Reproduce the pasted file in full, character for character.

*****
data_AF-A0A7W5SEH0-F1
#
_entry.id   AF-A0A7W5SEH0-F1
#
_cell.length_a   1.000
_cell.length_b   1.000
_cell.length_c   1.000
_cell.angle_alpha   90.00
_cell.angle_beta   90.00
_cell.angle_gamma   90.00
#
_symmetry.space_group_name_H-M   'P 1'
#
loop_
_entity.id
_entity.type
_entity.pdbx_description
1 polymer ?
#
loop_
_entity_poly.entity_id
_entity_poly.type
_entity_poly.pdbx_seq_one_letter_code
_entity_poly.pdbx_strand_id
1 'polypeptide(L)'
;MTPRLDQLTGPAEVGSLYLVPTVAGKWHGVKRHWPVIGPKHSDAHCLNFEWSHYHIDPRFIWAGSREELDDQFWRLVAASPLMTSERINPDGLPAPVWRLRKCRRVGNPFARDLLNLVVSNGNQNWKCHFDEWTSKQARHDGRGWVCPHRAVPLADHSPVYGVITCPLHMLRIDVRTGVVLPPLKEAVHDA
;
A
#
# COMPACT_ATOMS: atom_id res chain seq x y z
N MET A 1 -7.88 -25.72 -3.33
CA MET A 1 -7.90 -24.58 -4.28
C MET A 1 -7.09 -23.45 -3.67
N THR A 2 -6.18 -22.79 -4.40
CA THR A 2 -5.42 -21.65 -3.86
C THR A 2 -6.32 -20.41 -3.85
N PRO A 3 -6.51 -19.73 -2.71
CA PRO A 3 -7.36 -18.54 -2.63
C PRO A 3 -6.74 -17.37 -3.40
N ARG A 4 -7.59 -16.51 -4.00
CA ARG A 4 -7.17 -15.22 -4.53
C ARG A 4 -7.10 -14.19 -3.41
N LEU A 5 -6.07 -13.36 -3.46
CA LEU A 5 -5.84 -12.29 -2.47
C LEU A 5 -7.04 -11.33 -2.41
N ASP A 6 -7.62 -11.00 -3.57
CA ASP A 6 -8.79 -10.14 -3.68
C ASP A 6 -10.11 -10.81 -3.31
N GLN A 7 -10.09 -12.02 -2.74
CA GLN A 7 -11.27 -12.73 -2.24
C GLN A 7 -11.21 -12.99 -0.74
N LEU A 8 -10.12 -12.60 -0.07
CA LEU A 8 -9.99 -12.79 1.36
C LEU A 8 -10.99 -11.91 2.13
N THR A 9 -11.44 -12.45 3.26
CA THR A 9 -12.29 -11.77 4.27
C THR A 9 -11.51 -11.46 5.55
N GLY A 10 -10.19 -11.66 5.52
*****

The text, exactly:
data_AF-A0A7W5SEH0-F1
#
_entry.id   AF-A0A7W5SEH0-F1
#
_cell.length_a   1.000
_cell.length_b   1.000
_cell.length_c   1.000
_cell.angle_alpha   90.00
_cell.angle_beta   90.00
_cell.angle_gamma   90.00
#
_symmetry.space_group_name_H-M   'P 1'
#
loop_
_entity.id
_entity.type
_entity.pdbx_description
1 polymer ?
#
loop_
_entity_poly.entity_id
_entity_poly.type
_entity_poly.pdbx_seq_one_letter_code
_entity_poly.pdbx_strand_id
1 'polypeptide(L)'
;MTPRLDQLTGPAEVGSLYLVPTVAGKWHGVKRHWPVIGPKHSDAHCLNFEWSHYHIDPRFIWAGSREELDDQFWRLVAASPLMTSERINPDGLPAPVWRLRKCRRVGNPFARDLLNLVVSNGNQNWKCHFDEWTSKQARHDGRGWVCPHRAVPLADHSPVYGVITCPLHMLRIDVRTGVVLPPLKEAVHDA
;
A
#
# COMPACT_ATOMS: atom_id res chain seq x y z
N MET A 1 -7.88 -25.72 -3.33
CA MET A 1 -7.90 -24.58 -4.28
C MET A 1 -7.09 -23.45 -3.67
N THR A 2 -6.18 -22.79 -4.40
CA THR A 2 -5.42 -21.65 -3.86
C THR A 2 -6.32 -20.41 -3.85
N PRO A 3 -6.51 -19.73 -2.71
CA PRO A 3 -7.36 -18.54 -2.63
C PRO A 3 -6.74 -17.37 -3.40
N ARG A 4 -7.59 -16.51 -4.00
CA ARG A 4 -7.17 -15.22 -4.53
C ARG A 4 -7.10 -14.19 -3.41
N LEU A 5 -6.07 -13.36 -3.46
CA LEU A 5 -5.84 -12.29 -2.47
C LEU A 5 -7.04 -11.33 -2.41
N ASP A 6 -7.62 -11.00 -3.57
CA ASP A 6 -8.79 -10.14 -3.68
C ASP A 6 -10.11 -10.81 -3.31
N GLN A 7 -10.09 -12.02 -2.74
CA GLN A 7 -11.27 -12.73 -2.24
C GLN A 7 -11.21 -12.99 -0.74
N LEU A 8 -10.12 -12.60 -0.07
CA LEU A 8 -9.99 -12.79 1.36
C LEU A 8 -10.99 -11.91 2.13
N THR A 9 -11.44 -12.45 3.26
CA THR A 9 -12.29 -11.77 4.27
C THR A 9 -11.51 -11.46 5.55
N GLY A 10 -10.19 -11.66 5.52